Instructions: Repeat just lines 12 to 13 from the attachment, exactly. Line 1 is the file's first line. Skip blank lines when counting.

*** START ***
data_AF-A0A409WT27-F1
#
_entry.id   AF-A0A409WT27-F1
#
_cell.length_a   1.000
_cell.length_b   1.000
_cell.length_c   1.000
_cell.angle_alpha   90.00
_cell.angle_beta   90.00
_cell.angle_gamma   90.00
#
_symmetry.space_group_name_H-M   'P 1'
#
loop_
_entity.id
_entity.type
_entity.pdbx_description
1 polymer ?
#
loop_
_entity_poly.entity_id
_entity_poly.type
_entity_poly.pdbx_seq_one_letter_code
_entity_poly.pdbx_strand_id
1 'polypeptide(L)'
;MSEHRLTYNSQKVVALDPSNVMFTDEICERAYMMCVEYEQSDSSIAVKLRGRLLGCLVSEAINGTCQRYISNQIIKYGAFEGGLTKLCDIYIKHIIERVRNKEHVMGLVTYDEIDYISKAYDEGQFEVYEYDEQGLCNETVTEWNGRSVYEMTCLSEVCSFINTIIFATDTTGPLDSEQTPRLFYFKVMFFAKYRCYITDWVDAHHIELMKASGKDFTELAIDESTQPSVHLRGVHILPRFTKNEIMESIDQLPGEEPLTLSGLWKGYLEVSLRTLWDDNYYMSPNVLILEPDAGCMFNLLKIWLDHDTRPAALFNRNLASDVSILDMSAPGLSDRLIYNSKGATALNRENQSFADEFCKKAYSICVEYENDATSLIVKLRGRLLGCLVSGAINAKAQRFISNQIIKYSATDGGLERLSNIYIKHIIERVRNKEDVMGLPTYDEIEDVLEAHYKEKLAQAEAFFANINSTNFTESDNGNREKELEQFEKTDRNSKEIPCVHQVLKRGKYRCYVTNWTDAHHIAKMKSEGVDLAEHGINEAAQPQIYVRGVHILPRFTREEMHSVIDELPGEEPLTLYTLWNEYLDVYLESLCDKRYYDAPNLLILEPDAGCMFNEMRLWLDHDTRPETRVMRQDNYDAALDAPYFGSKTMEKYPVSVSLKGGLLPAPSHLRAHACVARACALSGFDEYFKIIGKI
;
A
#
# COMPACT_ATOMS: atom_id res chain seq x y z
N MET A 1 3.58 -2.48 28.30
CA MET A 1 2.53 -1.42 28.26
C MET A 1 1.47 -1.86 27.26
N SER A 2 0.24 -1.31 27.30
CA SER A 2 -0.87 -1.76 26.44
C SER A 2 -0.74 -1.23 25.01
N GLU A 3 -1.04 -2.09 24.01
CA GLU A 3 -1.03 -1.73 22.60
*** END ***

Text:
_symmetry.space_group_name_H-M   'P 1'
#